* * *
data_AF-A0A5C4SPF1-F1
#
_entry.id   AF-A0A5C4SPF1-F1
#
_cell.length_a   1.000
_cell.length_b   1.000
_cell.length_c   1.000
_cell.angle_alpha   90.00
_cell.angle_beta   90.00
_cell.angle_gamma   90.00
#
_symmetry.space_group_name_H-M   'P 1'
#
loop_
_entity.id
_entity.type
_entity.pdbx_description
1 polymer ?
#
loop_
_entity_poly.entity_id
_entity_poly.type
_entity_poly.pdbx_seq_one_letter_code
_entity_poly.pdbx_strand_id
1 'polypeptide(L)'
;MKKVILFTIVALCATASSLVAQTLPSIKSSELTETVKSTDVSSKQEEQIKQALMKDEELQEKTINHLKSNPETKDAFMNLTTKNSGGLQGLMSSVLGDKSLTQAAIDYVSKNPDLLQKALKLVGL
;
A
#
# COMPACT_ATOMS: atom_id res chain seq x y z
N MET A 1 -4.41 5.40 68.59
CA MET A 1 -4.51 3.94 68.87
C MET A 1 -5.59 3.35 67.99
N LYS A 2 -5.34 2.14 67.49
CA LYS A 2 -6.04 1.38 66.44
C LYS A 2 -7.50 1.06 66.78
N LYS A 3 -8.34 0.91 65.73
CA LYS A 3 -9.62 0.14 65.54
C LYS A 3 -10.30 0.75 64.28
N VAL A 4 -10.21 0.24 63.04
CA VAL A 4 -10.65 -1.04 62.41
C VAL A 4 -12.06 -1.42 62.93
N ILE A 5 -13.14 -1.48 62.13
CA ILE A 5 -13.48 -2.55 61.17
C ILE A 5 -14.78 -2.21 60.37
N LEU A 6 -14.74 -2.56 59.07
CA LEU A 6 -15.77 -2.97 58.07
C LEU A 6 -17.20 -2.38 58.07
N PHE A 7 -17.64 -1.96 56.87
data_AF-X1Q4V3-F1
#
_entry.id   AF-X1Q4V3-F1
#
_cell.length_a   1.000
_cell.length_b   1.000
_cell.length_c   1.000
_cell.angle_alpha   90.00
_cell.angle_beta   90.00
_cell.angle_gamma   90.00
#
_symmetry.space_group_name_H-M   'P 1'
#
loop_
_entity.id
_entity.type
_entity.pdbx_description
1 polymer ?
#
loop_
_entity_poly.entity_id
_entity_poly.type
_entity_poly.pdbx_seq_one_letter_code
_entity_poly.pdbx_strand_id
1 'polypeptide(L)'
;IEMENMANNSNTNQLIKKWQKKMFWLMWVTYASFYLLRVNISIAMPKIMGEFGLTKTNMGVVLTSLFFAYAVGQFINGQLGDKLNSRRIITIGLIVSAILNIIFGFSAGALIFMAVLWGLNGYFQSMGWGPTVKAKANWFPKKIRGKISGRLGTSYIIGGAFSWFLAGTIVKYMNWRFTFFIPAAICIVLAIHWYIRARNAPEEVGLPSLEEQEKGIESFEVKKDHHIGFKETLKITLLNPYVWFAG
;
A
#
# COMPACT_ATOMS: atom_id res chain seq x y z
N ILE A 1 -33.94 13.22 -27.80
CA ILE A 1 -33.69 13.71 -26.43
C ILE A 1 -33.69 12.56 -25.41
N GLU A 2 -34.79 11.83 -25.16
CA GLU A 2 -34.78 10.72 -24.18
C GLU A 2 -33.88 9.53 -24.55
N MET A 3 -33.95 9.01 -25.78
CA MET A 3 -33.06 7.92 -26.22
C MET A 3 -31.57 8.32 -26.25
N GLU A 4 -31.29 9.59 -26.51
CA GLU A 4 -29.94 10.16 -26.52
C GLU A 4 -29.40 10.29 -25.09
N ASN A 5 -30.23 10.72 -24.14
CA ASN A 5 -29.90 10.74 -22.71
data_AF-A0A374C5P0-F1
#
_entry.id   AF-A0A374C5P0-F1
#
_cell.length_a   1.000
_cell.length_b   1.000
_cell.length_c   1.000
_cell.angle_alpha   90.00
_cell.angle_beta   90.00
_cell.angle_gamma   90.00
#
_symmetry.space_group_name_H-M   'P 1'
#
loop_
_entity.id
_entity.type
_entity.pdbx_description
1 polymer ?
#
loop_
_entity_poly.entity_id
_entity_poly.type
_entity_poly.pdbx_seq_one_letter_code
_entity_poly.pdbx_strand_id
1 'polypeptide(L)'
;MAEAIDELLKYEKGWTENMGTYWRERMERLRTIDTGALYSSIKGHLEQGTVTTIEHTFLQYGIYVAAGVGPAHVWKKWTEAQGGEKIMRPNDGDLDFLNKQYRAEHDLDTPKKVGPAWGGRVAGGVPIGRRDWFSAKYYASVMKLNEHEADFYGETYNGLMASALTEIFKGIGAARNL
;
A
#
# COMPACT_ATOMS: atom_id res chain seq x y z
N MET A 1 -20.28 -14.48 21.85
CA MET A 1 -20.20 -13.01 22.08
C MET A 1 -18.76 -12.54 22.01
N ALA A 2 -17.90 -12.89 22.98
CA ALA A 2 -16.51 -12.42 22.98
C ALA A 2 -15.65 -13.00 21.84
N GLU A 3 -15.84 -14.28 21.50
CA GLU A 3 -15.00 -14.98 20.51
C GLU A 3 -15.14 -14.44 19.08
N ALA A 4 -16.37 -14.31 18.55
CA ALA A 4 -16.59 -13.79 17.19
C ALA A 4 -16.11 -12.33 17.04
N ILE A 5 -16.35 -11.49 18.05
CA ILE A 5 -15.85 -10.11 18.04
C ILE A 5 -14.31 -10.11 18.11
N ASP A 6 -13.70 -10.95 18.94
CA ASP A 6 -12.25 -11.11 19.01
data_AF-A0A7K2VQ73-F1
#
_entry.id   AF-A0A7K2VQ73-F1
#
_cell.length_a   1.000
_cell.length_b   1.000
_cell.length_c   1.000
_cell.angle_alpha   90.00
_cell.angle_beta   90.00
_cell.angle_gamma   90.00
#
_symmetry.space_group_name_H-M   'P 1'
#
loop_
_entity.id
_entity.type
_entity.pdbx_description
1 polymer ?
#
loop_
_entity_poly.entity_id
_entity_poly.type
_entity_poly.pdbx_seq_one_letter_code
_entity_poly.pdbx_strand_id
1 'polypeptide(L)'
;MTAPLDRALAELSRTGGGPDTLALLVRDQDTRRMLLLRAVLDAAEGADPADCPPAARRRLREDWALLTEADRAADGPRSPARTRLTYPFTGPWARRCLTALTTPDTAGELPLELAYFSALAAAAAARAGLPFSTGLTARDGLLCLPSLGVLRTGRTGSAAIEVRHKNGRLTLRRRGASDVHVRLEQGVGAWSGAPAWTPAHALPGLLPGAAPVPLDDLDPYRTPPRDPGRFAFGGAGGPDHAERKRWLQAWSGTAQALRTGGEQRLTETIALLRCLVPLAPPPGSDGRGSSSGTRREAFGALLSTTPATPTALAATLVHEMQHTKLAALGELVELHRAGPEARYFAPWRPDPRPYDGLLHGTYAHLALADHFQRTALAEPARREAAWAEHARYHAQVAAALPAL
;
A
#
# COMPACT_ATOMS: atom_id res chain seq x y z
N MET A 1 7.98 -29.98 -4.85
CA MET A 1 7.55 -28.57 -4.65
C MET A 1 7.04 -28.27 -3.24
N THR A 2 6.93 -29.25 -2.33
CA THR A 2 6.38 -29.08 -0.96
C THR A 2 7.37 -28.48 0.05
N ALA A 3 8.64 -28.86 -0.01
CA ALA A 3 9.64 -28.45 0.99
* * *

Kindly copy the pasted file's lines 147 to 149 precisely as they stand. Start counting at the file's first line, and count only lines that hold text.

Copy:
_cell.length_c   1.000
_cell.angle_alpha   90.00
_cell.angle_beta   90.00